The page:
By Nathan Schmidt
Due to the COVID-19 pandemic, the last two weeks of classes this semester are being held entirely online. This choice has led to an early emptying-out of campus, and the few students left are describing the local environment as a “safari.” Their words are not an exaggeration. As has been seen in many locations around the world this year, with the decrease in human activity, the presence of nature has grown. In this case, the entire campus has been overrun by turkeys in a span of under ten days.
There have been other effects as well. For example, most of the residence halls have been blanketed in ivy with the words “Vineyard Vines” printed on the leaves. But inside those same residence halls are even more turkeys. Some of the belligerent birds have even been spotted in Canisius Hall, where they have mockingly imitated Fairfield’s normal functions by pretending to teach and attend classes.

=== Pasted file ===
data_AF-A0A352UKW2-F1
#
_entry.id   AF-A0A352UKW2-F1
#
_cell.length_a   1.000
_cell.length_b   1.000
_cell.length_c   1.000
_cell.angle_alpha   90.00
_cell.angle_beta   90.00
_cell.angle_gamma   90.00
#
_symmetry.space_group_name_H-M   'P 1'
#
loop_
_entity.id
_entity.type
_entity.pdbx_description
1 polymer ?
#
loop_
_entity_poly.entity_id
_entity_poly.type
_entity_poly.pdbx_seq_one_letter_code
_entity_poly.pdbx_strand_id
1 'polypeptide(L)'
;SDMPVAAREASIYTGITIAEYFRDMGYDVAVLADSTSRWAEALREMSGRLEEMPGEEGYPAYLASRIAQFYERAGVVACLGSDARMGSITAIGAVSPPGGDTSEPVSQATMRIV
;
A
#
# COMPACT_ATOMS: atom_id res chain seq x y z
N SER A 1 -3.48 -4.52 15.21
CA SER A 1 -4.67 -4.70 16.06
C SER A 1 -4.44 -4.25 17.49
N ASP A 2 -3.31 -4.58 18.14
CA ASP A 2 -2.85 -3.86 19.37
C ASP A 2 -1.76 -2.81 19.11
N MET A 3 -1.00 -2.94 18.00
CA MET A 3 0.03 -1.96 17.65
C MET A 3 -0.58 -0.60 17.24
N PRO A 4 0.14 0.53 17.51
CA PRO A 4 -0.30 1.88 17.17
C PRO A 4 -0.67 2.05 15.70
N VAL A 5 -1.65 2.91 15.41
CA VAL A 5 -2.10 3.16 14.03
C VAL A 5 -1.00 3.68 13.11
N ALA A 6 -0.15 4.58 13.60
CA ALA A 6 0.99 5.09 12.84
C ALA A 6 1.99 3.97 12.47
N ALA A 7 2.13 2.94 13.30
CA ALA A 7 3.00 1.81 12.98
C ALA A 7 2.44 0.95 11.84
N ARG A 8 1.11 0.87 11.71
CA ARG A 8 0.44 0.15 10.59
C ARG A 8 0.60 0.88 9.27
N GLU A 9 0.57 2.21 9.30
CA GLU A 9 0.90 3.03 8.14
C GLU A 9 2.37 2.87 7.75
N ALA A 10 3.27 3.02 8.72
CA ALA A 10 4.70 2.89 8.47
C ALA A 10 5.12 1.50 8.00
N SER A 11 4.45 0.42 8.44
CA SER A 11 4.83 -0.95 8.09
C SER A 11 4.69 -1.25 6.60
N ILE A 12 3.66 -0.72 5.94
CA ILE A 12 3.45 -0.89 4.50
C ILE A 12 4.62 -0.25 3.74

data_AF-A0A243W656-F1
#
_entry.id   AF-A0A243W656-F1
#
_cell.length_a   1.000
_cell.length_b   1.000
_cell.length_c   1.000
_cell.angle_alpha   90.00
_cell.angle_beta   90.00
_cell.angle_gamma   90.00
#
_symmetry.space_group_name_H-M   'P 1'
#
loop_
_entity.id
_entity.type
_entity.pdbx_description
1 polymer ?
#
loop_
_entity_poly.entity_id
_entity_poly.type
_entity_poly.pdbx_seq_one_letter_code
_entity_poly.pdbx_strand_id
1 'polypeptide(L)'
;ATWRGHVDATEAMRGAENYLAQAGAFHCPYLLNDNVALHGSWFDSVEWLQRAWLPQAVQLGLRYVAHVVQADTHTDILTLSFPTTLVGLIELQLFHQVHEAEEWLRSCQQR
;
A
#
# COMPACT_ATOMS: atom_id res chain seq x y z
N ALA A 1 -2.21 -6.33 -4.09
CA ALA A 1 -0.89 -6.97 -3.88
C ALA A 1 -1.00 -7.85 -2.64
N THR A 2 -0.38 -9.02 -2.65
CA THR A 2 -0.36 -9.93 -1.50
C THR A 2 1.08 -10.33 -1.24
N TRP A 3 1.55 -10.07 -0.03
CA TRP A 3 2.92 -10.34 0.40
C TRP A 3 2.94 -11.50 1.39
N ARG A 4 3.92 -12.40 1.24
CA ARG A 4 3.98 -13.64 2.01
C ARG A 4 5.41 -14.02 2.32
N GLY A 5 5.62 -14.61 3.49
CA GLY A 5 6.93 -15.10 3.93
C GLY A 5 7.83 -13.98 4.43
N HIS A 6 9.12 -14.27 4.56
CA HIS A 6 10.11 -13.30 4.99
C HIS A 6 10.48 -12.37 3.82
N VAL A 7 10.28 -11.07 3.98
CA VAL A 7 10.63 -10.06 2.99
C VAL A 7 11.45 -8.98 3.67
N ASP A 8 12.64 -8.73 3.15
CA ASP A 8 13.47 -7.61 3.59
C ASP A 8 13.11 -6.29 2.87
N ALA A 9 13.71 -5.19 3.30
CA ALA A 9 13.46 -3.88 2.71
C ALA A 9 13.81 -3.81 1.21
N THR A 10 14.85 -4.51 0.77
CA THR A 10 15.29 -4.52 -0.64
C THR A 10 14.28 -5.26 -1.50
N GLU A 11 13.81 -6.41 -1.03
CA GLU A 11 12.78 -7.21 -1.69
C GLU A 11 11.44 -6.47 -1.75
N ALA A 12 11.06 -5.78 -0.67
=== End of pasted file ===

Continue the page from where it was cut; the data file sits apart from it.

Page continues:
“It’s getting a little weird,” exclaimed senior student Noah Trezellio ‘21, who lingered on campus for a work study and has now been co-opted into the turkey army. His interview was conducted over a chorus of shrieking and squawking turkeys in the background of the Zoom call. “I guess we’re changing our mascot now, too.”
Sadly, as with all other instances of nature returning to the world, this miracle of life is expected to snap back to normal when students arrive in the spring and hit most of the turkeys with their cars.